Crossing Barriers with a Sketchbook in Taghazout

"Sketching can be both an excuse and a passport to spend time in spaces that might be hard to experience otherwise."
Taghazout, Morocco
The Upper Hilltop Pathways

Story & Media: Ben Rubin

In search of a look-out point to make some sketches above the ocean, I wound my way up a maze of pathways towards the top of Taghazout.  Perching on a ledge in the upper village and unpacking my kit, I noticed a pair of eyes peeking out from around a doorway.

A young boy made his way down to see what I was up to, and shared with me a toy he'd made from a plastic bag and string. He was clearly having a lot of fun whipping it around, but became fascinated with my sketching.

I offered a trade, and he happily sat down with my sketchbook while I took a turn with the bag and string.  In no time at all, he drew me a man with a flower for a head talking with a bottle that had the head of a swan (liberties taken with the interpretation) on the adjacent page - and seemed to forget all about his bag and string.

Then the kids started pouring out from the doorways above and below.  My new friend volunteered as tour guide for my book, introducing each new visitor to the pages and highlighting his additions.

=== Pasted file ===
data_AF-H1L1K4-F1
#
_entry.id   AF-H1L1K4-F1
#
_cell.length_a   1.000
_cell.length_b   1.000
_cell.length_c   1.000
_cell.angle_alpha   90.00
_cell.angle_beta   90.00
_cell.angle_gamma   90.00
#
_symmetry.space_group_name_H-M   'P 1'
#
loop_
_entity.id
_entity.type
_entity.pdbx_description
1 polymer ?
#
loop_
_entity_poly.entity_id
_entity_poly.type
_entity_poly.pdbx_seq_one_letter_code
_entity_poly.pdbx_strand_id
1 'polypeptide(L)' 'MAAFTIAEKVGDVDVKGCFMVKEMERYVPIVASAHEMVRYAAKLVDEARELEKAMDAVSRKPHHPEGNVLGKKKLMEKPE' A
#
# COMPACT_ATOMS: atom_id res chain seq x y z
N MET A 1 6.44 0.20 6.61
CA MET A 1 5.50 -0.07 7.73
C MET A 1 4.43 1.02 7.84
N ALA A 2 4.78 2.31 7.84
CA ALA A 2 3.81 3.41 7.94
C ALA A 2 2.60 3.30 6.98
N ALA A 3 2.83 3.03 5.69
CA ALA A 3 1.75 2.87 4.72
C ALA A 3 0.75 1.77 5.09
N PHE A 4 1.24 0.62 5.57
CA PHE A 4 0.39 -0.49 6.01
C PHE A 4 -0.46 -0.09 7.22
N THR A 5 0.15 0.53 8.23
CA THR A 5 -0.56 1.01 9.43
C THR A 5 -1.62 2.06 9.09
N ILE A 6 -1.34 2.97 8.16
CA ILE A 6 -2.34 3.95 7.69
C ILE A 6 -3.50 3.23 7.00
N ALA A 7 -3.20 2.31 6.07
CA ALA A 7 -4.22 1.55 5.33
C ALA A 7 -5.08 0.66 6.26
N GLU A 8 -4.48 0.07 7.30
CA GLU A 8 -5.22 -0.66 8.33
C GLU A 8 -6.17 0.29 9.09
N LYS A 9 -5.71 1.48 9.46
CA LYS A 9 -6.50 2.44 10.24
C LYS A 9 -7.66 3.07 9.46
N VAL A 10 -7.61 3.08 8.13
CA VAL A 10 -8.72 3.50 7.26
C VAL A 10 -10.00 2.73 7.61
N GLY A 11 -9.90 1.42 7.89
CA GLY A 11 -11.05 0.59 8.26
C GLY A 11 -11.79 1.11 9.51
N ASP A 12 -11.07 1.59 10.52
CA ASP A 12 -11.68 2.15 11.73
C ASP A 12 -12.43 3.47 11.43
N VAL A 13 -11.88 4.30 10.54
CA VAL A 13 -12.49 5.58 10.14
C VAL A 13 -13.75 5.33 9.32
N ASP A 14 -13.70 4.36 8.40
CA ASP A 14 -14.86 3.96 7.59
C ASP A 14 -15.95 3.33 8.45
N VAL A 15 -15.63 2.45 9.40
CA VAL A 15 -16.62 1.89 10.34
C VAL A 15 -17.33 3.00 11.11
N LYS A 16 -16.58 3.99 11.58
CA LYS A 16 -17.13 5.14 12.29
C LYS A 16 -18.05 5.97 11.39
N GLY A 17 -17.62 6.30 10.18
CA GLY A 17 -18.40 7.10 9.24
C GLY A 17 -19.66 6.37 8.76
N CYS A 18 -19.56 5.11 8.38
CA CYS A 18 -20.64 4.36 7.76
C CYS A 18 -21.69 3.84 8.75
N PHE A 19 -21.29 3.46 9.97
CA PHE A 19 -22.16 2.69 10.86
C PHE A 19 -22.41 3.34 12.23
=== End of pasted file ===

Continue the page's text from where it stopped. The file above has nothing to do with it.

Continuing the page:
My watercolor kit was a game-changer.  Everyone wanted a turn, and the pen was completely forsaken in a frenzy of color.  My conversations with the flock of kids consisted only of gestures and pictures, but lasted over an hour.  Eventually, when 6 or 7 kids began to crowding around the pages and wrestling over the brush I decided it was time to go.

Some of the kids even introduced me to their families as I made my way down.  If you check my sketch carefully, you'll see a blue umbrella poking out a bit down the stairs.  Sitting underneath in the shade was the mother and grandmother of one of the young girls, both busy shelling argan nuts. These are like the olives of Morocco, used for everything from cooking to cosmetics.  The girl shared her work with her family, and they recognized the locations of the sketches I drew on the pages before.

The families on these stairs seemed to relax and accept having a visitor sprawled out in front of their homes, and with their children, only after noticing that I was drawing in my sketchbook.  Furrowed brows quickly became smiles when I raised up my book.

Sometimes sketching is both an excuse and a passport to spend time in a space that might be hard to experience otherwise.  More than anything else I have with me on my trip, my sketchbooks continue to skip over language, age, and cultural barriers and connect the dots between me and people all over the world.